Tunisia’s ex-president Zine El Abidine Ben Ali, who died in Saudi Arabia on Thursday, was buried in the Muslim holy city of Medina. He had been in exile in the Kingdom since 2011.
Ben Ali was buried at Al-Baqi cemetery close to the Prophet Mohammed’s mosque, which is a site of great reverence for Muslims. Covered in a green shroud, his body was quietly laid to rest by his family and a number of other men.
The close family members of Zine El Abidine Ben Ali received condolences on Sunday in Tunisia’s suburb, as stated by a notice published by local La Presse newspaper.
There has been no official comment from Saudi Arabia’s media and authorities about his death.
Ben Ali, who died at 83, was the first autocrat to be ousted after the Arab Spring protests.
He reigned over the North African nations from 1987 until 2011 and was seen as a leader who opposed Islamist extremism. However, he was criticized by his people for suppressing the opposition and being a wall against democracy.
Under his rule, Tunisians suffered from unemployment and high prices, which led to awakening of the people demanding democracy.
During late 2010, a young trader in Sidi Bouzid, frustrated from the long-standing impoverishment set himself on fire in protest at humiliation by police.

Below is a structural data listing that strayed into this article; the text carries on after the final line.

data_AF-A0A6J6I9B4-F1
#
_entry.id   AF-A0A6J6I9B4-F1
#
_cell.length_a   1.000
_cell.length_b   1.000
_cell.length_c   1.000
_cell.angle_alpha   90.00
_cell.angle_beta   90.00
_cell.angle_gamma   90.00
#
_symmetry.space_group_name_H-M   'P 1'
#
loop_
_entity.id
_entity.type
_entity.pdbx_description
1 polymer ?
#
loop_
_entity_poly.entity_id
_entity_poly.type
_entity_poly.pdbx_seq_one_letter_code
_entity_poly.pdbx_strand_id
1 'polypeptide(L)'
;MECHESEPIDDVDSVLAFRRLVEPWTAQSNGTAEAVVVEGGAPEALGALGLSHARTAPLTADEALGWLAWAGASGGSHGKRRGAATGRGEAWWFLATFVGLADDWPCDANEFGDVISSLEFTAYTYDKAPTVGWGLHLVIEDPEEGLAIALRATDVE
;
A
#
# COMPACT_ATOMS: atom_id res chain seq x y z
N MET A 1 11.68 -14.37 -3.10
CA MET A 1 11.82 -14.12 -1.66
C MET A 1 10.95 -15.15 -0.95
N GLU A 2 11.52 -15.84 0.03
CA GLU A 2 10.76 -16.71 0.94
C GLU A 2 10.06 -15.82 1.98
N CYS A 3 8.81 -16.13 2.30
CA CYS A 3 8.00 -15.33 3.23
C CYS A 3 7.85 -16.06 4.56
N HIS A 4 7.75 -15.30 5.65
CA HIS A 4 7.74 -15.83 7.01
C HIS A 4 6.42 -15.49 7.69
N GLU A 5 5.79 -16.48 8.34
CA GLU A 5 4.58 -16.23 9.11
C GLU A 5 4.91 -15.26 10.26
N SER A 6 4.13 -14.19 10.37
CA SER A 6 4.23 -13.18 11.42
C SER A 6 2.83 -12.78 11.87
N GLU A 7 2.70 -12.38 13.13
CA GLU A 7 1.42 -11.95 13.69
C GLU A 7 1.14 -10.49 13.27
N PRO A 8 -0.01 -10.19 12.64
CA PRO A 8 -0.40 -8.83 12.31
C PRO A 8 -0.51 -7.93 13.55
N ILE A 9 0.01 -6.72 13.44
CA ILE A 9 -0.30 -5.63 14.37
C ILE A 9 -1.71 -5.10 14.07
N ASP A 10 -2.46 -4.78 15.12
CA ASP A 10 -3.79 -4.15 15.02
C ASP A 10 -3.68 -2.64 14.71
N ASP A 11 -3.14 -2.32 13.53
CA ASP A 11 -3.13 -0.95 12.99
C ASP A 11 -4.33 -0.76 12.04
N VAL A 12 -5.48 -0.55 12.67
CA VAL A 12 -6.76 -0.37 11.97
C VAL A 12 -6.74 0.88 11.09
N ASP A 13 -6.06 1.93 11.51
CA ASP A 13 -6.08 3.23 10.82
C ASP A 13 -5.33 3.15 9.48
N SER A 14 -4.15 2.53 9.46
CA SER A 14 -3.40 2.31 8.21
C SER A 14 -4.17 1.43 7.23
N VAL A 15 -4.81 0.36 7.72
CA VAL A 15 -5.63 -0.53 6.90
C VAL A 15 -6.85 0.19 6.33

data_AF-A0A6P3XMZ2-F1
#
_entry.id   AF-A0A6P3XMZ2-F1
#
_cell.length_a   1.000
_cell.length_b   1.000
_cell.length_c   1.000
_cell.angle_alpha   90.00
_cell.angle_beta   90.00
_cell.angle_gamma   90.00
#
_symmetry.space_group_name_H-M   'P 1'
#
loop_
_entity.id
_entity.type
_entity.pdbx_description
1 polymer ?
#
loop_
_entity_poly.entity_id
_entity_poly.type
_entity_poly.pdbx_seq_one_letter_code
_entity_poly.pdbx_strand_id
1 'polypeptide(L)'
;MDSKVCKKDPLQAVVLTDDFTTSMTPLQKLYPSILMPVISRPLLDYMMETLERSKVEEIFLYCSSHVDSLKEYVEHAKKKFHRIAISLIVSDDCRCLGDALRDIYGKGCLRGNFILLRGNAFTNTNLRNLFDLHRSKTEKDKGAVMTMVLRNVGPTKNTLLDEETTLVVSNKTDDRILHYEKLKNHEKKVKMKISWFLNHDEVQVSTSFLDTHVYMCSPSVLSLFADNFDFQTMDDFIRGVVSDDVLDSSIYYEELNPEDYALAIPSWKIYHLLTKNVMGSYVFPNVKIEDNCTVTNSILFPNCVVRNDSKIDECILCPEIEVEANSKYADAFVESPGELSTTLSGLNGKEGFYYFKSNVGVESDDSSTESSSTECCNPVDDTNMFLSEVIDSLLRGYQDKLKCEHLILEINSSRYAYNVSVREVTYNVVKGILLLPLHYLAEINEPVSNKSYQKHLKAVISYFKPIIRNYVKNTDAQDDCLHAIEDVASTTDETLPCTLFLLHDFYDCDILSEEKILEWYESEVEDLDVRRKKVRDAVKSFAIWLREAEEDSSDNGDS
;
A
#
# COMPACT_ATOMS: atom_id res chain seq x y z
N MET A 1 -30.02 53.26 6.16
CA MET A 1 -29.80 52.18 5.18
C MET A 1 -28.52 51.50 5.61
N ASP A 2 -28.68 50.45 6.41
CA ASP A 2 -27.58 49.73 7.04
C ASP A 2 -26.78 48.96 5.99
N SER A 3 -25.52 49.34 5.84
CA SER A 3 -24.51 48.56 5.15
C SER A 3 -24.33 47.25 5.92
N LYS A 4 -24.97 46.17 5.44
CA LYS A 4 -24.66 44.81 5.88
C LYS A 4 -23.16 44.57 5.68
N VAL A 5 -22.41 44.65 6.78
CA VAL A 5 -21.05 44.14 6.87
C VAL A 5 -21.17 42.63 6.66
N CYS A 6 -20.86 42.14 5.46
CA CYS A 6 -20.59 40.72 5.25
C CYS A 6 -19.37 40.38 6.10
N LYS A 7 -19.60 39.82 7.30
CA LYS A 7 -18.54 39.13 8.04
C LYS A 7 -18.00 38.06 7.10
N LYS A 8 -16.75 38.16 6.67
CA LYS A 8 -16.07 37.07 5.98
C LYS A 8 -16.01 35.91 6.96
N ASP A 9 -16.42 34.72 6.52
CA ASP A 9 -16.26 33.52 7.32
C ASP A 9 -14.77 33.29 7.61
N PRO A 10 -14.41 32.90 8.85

The event sparked demonstrations and open retaliation against the ruler, which disrupted Tunisia and resulted in a deadly prosecution.
Zine El Abidine Ben Ali could not suppress the infuriated Tunisians for long, and on January 14, 2011 he fled the country for Saudi Arabia, where he breathe his last.
The ex-president’s spouse, Leila Trabesli, has so far led a comfortable and low-profile life in exile with daughters Nesrine and Halima and son Mohamed. They now seem to have little motivation to return to their country.
She has been charged for embezzlement, along with possession of guns, drugs and archaeologic artefacts.
Ben Ali’s death marked the departure of the second African leader in a month after Zimbabwe’s former president Robert Mugabe died on September 6.